Michael Eden is a designer and a researcher working with ceramics and 3D printing. He answered our questions and explains how 3D printing changed the way he used to think and create with ceramics.
His first 3D printed piece- The Wedgwoodn’t Tureen demonstrates his interest in the technology and how he uses it.
The ‘Wedgwoodn’t Tureen’ aimed to thoroughly test the software and hardware of 3D printing and also to tell a story. It was created to fully exploit this new technology. This is something i aim to pressure in my own practise in other materials and how they can collaborate in one outcome.
He redesigned an iconic object from the first Industrial Revolution and produced it in a way that would have been impossible using conventional industrial ceramic techniques. The piece is loosely based on early Wedgwood tureens, chosen for their classic beauty and in homage to Josiah Wedgwood’s role as a father of the first Industrial Revolution.
”The delicate pierced surface is inspired by bone, referring to the natural objects used by Wedgwood and his contemporaries as the inspiration for many of their designs. My choice also refers to the artificial bone produced by Additive Manufacturing.”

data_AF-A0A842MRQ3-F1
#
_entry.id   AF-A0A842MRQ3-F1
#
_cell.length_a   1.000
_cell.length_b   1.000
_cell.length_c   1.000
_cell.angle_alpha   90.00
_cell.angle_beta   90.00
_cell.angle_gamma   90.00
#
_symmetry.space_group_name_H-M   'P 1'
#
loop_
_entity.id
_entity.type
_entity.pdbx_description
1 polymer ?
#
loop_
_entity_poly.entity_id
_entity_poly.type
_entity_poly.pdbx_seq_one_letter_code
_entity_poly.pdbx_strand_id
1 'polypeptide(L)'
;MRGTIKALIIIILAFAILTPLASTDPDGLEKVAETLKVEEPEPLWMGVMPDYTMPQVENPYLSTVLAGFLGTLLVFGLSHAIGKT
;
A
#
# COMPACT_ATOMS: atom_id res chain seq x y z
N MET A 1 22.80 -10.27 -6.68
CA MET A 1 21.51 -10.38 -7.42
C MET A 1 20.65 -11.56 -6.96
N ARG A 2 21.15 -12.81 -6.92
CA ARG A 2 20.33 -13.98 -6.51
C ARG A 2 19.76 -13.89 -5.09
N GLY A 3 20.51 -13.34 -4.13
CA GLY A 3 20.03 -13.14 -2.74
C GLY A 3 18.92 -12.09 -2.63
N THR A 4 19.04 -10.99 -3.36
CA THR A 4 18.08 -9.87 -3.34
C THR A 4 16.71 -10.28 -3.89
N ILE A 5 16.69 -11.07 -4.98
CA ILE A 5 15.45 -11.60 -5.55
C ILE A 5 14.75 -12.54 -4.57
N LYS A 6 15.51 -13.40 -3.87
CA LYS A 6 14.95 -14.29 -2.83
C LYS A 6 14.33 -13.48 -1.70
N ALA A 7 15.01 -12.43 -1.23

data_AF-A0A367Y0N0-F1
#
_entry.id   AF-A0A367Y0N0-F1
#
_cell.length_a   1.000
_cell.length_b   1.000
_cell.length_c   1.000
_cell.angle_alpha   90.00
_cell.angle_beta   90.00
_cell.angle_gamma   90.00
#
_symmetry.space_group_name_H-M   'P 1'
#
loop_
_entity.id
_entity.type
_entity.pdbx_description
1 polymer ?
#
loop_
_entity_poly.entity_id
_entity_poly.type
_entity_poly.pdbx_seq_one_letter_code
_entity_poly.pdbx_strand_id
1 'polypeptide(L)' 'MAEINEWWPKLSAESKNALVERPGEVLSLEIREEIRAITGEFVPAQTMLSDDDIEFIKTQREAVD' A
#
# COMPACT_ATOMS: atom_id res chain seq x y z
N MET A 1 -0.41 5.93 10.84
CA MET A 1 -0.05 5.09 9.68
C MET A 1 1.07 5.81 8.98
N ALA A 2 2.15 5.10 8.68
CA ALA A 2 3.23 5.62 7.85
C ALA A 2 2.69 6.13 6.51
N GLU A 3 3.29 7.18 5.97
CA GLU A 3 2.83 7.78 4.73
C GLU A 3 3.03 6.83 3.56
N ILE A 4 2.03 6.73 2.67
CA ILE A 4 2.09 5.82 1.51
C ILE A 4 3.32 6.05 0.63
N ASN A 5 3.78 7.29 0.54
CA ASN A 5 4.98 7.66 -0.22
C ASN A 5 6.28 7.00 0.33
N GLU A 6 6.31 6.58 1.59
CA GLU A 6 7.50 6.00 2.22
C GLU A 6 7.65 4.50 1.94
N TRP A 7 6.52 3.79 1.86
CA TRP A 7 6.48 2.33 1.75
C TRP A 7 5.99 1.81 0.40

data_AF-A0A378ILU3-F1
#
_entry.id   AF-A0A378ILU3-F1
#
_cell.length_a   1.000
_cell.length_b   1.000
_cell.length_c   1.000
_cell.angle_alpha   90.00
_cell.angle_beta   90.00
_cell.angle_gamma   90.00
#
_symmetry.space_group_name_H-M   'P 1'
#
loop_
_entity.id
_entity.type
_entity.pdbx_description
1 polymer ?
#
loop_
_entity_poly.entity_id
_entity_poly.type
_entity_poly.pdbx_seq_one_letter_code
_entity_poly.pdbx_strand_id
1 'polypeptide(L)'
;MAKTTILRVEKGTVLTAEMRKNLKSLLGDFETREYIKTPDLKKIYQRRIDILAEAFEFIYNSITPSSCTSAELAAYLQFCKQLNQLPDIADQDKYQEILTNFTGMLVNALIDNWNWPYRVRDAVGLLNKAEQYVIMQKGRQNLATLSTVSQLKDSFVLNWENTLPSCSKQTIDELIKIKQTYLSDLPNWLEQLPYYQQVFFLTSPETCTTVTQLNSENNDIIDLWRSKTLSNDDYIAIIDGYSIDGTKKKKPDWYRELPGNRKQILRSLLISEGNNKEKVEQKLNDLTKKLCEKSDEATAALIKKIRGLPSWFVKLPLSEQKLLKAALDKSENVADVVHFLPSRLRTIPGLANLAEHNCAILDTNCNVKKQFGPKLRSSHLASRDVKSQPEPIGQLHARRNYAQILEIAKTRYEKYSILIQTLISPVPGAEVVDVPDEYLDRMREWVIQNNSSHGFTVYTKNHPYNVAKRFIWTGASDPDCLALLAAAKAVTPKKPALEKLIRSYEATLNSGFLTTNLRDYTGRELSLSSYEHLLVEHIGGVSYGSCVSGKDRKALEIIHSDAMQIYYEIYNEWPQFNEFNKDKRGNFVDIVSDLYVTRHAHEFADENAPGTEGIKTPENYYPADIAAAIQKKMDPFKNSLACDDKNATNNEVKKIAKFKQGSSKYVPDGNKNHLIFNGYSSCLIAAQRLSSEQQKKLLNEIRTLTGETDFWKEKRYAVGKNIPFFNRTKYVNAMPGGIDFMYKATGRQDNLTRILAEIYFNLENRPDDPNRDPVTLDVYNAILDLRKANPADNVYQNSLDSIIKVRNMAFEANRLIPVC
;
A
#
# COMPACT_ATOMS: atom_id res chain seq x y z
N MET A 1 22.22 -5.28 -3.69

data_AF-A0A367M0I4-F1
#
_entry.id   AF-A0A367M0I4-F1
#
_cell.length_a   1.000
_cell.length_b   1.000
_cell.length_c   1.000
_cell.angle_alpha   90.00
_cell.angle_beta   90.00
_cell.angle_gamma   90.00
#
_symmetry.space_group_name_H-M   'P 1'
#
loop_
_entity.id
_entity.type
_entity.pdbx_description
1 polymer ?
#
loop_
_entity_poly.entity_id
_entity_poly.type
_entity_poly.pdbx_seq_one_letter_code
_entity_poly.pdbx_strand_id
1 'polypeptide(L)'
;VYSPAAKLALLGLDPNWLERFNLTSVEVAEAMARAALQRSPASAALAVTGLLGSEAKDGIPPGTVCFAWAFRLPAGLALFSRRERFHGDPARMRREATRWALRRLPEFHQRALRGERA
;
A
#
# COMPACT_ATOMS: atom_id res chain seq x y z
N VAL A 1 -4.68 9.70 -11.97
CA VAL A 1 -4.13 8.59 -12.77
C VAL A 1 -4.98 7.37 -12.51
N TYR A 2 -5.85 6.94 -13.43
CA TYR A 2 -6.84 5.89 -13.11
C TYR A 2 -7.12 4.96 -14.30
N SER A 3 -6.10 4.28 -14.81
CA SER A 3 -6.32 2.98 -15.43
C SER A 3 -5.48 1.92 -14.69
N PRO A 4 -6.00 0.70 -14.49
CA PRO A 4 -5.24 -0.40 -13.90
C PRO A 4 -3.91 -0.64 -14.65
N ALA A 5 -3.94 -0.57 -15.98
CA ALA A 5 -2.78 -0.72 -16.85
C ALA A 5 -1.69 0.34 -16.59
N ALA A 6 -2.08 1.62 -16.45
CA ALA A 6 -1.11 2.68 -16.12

The technology removes the constraints of ‘Design for Manufacture’ where the processing of materials has an impact on the final outcome. In other words, there are only certain forms that one can throw on a wheel; gravity, centrifugal force and the material qualities of clay limit the possibilities. The ‘Wedgwoodn’t Tureen’ demonstrates the removal of these constraints and the potential to create previously impossible forms that can creatively communicate new ideas.
Michael Eden’s work is succeessful in how he has pushed technology and methods of making in the media of ceramics. I like how he has combined traditional and history forms with modern style of patternation and aesthetic, This juxtaposition adds a lot of interest to his work.